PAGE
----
Parliament’s Acknowledgement of Country delivered in Ngunnawal language in an Australian first
30 July 2020 | Canberra, Australia | Feature
Today, the ancient language of the Ngunnawal people echoed through the chamber as the Assembly’s traditional Acknowledgement of Country was delivered in Ngunnawal language for the first time. The Assembly is the first parliament in Australia to deliver its Acknowledgement in an indigenous language at the start of each sitting.
The Assembly voted unanimously to shift from an English to Ngunnawal language Acknowledgment of Country in November 2019. The resolution calling for this was the first tripartisan motion in the Assembly's history. United Ngunnawal Elders Council co-chairs Roslyn Brown and Fred Monaghan provided invaluable advice about the wording of the Acknowledgement. As the member who reads the Acknowledgement, Speaker Joy Burch undertook linguistics training with Ngunnawal man Cheyne Halloran and linguist Louise Baird.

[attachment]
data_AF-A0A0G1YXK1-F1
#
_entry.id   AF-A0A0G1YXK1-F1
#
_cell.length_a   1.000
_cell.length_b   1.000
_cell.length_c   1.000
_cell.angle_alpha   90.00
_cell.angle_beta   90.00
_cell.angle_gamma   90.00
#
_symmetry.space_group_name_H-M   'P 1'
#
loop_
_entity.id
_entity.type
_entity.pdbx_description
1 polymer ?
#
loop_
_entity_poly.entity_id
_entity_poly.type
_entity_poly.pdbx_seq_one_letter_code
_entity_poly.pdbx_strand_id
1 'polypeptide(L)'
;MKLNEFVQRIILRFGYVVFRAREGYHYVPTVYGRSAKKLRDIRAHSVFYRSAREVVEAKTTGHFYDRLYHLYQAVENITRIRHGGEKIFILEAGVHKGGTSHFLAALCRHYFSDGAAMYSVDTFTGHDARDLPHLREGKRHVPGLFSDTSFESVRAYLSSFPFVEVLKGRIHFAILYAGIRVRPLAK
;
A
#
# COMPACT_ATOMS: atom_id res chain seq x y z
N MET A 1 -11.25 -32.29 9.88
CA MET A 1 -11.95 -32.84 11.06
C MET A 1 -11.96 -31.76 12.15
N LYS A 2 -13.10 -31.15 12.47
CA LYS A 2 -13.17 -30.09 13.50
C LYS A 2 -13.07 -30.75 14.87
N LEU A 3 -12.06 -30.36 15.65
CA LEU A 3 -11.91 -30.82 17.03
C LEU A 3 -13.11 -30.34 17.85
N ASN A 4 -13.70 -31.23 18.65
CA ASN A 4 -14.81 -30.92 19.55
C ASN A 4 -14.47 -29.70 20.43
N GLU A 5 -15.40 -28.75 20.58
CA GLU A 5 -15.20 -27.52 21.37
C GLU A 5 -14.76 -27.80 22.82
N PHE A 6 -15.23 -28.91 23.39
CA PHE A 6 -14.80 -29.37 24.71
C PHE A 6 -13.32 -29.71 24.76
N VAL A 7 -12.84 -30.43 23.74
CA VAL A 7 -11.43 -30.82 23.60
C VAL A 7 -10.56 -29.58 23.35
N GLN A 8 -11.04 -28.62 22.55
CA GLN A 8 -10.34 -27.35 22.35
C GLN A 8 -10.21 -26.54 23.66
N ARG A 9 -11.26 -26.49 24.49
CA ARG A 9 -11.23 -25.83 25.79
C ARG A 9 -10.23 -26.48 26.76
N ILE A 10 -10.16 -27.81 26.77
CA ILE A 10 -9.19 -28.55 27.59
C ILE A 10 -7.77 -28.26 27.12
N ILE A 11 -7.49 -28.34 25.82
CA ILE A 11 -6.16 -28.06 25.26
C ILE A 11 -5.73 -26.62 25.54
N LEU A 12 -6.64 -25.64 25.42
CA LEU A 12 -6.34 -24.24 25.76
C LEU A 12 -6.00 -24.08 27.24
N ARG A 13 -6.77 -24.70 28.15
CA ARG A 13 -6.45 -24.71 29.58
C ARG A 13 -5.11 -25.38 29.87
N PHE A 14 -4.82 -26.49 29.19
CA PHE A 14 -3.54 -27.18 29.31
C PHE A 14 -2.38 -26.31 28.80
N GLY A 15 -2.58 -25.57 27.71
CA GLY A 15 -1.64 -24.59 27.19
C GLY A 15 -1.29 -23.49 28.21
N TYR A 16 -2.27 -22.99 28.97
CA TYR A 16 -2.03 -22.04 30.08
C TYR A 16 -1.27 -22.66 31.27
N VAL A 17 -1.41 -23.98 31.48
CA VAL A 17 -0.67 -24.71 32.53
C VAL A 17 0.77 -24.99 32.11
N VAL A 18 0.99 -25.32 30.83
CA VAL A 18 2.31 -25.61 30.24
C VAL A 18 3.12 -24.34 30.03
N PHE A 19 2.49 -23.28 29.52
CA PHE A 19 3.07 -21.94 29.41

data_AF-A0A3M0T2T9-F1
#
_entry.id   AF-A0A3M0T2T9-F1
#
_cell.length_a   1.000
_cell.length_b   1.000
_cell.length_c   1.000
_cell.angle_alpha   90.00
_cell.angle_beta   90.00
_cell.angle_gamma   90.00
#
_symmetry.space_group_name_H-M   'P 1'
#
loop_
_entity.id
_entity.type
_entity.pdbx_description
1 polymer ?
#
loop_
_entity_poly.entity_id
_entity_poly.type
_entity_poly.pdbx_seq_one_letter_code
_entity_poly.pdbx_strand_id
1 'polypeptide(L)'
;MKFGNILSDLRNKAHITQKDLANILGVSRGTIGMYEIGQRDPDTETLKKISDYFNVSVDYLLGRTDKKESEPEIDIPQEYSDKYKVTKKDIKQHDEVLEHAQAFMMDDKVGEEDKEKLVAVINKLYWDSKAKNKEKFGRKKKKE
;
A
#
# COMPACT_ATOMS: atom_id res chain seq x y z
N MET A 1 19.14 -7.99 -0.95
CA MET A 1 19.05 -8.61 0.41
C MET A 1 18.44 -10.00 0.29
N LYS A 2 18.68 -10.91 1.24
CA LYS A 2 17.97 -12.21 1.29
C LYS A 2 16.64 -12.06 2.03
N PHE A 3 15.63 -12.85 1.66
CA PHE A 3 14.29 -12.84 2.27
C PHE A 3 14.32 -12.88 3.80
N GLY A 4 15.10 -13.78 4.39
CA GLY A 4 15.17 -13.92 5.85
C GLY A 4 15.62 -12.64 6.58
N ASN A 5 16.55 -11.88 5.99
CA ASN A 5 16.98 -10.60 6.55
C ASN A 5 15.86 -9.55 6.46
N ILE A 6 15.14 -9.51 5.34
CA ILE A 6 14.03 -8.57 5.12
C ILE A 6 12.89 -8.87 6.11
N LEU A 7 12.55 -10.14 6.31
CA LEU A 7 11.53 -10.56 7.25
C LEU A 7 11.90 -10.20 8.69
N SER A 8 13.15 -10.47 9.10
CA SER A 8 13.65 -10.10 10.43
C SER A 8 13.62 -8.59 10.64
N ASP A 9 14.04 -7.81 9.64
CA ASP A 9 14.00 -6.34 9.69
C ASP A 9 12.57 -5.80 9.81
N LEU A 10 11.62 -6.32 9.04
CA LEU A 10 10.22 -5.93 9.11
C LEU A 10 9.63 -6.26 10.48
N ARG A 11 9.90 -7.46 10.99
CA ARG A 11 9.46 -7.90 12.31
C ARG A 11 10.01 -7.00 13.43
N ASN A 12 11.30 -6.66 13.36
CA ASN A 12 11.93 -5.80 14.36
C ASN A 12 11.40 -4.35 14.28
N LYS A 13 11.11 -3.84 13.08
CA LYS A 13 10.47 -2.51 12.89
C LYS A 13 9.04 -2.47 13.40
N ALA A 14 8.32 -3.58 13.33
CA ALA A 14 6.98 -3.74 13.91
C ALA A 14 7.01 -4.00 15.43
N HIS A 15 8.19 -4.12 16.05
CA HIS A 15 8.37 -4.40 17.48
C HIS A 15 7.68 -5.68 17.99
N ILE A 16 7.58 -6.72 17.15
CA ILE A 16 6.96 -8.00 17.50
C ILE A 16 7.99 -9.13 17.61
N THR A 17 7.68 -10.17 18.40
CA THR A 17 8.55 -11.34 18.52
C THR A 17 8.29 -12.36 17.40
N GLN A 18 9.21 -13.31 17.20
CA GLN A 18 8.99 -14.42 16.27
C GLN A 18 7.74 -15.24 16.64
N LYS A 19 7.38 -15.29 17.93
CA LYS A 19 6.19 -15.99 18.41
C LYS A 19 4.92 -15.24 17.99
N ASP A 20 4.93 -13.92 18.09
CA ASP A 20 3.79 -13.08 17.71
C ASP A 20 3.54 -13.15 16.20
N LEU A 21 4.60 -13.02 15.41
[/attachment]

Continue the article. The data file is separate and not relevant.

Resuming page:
Though the building is closed due to the pandemic, a small group of elders were invited to sit in the public gallery for the occasion as representatives of the Ngunnawal people. Chief Minister Andrew Barr, Leader of the Opposition Alistair Coe, and Leader of the ACT Greens Shane Rattenbury all delivered brief statements after the acknowledgement recognising this significant milestone in the Assembly’s reconciliation journey with Canberra’s indigenous people.
Why do we acknowledge country?
Aboriginal and Torres Strait Islanders have a unique, deep connection to their ancestral lands, known as ‘country’. An Acknowledgement of Country allows non-indigenous Australians to pay respect to the indigenous people whose country they meet on and recognise their role as enduring guardians or ‘traditional owners’ of that land.